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Preface. This diary was written with the knowledge of the President and the Secretary of War. I informed them of it by note. They did not deprecate criticism on their official conduct; for they allowed me still to execute the functions of a very important position in the Government until the end of its career. My discriminating friends will understand why I accepted the poor title of a clerkship, after having declined the Chargeship to Naples, tendered by Mr. Calhoun during the administration of President Polk. J. B. J. Onancock, Accomac Co., Va., March, 1866.
III. June, 1861 Troops pour into Richmond. beginning of hostilities. Gen. Lee made a full general. Major Gen. Polk. a battle expected at Manassas. June 1 In the absence of the Secretary, I arranged the furniture as well as I could, and took possession of the five offices I had selected. But no business, of c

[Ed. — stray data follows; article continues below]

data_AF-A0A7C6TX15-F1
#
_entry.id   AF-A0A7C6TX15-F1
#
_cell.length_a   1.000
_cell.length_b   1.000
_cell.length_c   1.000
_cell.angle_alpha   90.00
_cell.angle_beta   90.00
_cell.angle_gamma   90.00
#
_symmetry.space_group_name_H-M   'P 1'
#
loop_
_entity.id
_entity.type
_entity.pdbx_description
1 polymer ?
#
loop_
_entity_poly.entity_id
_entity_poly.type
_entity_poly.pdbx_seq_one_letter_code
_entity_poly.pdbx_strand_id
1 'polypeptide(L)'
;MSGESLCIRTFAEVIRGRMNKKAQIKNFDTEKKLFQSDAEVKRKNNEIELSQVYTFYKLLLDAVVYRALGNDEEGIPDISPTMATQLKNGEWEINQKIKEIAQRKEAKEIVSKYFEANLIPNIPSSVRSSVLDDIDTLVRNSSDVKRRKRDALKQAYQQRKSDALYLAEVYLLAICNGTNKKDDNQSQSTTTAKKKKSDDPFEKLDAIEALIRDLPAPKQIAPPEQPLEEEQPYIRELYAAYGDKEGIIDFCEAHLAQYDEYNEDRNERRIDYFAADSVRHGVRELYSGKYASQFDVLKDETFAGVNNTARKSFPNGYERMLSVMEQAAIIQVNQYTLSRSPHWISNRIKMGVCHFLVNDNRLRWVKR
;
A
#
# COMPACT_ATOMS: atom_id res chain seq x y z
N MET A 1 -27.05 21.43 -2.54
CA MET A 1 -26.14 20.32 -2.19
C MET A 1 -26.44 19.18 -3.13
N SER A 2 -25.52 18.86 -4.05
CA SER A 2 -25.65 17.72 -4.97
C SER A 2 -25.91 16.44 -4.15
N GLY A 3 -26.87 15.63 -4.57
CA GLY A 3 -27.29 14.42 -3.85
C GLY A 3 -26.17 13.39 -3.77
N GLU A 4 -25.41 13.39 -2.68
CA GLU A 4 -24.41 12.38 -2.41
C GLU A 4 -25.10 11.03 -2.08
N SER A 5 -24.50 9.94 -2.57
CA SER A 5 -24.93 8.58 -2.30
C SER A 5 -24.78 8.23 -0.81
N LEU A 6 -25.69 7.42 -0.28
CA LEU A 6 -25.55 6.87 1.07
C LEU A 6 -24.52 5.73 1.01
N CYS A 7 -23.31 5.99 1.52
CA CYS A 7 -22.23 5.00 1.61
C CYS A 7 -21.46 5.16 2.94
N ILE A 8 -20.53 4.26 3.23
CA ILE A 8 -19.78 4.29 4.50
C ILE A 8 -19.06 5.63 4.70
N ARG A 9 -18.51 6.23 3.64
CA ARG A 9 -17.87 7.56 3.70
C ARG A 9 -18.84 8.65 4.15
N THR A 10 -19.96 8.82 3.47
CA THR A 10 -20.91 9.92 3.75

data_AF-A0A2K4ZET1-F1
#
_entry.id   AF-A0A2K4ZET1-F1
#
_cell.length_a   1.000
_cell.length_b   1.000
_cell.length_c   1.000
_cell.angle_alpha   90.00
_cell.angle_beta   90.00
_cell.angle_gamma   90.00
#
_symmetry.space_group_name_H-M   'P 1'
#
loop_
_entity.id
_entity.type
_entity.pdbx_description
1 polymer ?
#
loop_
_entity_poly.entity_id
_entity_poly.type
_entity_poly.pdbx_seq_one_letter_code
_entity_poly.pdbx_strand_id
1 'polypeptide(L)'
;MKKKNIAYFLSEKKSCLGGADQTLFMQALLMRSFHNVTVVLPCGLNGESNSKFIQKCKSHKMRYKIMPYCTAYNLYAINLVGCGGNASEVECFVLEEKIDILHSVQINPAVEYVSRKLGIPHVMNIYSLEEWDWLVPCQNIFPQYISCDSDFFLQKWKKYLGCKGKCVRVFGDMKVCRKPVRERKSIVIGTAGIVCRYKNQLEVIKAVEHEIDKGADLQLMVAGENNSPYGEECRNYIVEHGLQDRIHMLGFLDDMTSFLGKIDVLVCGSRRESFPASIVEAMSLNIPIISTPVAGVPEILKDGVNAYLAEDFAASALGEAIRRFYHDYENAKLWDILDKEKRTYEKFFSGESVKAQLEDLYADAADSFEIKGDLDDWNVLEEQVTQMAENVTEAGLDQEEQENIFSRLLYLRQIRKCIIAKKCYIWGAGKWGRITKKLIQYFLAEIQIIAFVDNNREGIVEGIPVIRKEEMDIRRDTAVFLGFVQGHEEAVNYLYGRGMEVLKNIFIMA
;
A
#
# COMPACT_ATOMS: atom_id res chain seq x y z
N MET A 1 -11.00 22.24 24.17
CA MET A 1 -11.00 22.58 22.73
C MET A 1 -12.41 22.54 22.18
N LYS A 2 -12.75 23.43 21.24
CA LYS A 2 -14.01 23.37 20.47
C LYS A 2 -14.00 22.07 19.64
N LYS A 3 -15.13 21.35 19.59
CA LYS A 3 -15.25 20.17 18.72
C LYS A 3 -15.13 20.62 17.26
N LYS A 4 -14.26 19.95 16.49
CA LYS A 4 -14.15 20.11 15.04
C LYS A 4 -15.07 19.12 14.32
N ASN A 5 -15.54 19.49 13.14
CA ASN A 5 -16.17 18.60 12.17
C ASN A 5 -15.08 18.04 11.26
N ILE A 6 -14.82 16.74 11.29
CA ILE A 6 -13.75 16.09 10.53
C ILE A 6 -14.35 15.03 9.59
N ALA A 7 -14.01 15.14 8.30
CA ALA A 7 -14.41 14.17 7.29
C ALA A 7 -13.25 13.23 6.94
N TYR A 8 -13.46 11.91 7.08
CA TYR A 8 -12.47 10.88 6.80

on myself to be cicerone to the stranger.
He was very grateful,--for a long time.
Col. B. had graduated at West Point in the same class with the President and Bishop Polk, and subsequently, after following various pursuits, being once, I believe, a preacher, became settled as a teacher of mathematics at the University of Virginia who has been whispering with Col. Bledsoe several times during the last week, attracted my attention to-day.
And when he retired, Colonel B. informed me it was Bishop Polk, a classmate of his and the President's at West Point.
He had just been appointed a major-general, and assigned to duty in the West, where he would rank Gen. P